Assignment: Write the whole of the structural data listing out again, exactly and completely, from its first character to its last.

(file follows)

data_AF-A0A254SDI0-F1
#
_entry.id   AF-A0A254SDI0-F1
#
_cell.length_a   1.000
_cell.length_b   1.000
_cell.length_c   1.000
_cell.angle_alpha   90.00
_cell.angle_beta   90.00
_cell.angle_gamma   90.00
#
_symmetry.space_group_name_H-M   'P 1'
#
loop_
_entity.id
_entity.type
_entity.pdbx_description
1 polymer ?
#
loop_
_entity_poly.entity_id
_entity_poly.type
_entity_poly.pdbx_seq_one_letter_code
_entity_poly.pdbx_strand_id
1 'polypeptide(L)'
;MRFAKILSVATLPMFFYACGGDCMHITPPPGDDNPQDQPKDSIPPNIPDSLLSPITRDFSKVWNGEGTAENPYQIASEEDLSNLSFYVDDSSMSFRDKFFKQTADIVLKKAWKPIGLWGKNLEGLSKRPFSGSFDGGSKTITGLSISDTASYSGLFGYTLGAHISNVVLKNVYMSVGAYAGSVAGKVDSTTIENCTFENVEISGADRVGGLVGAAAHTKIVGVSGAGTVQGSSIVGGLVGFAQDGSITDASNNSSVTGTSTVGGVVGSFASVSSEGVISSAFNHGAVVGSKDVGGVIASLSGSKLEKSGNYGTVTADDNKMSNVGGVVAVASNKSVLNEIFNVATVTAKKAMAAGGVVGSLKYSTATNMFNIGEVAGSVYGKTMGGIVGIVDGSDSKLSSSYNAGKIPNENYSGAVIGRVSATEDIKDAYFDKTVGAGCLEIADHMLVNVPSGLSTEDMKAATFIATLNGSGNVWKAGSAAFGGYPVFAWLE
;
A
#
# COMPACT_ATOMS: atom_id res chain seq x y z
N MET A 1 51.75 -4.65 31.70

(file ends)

data_AF-A0A254SDI0-F1
#
_entry.id   AF-A0A254SDI0-F1
#
_cell.length_a   1.000
_cell.length_b   1.000
_cell.length_c   1.000
_cell.angle_alpha   90.00
_cell.angle_beta   90.00
_cell.angle_gamma   90.00
#
_symmetry.space_group_name_H-M   'P 1'
#
loop_
_entity.id
_entity.type
_entity.pdbx_description
1 polymer ?
#
loop_
_entity_poly.entity_id
_entity_poly.type
_entity_poly.pdbx_seq_one_letter_code
_entity_poly.pdbx_strand_id
1 'polypeptide(L)'
;MRFAKILSVATLPMFFYACGGDCMHITPPPGDDNPQDQPKDSIPPNIPDSLLSPITRDFSKVWNGEGTAENPYQIASEEDLSNLSFYVDDSSMSFRDKFFKQTADIVLKKAWKPIGLWGKNLEGLSKRPFSGSFDGGSKTITGLSISDTASYSGLFGYTLGAHISNVVLKNVYMSVGAYAGSVAGKVDSTTIENCTFENVEISGADRVGGLVGAAAHTKIVGVSGAGTVQGSSIVGGLVGFAQDGSITDASNNSSVTGTSTVGGVVGSFASVSSEGVISSAFNHGAVVGSKDVGGVIASLSGSKLEKSGNYGTVTADDNKMSNVGGVVAVASNKSVLNEIFNVATVTAKKAMAAGGVVGSLKYSTATNMFNIGEVAGSVYGKTMGGIVGIVDGSDSKLSSSYNAGKIPNENYSGAVIGRVSATEDIKDAYFDKTVGAGCLEIADHMLVNVPSGLSTEDMKAATFIATLNGSGNVWKAGSAAFGGYPVFAWLE
;
A
#
# COMPACT_ATOMS: atom_id res chain seq x y z
N MET A 1 51.75 -4.65 31.70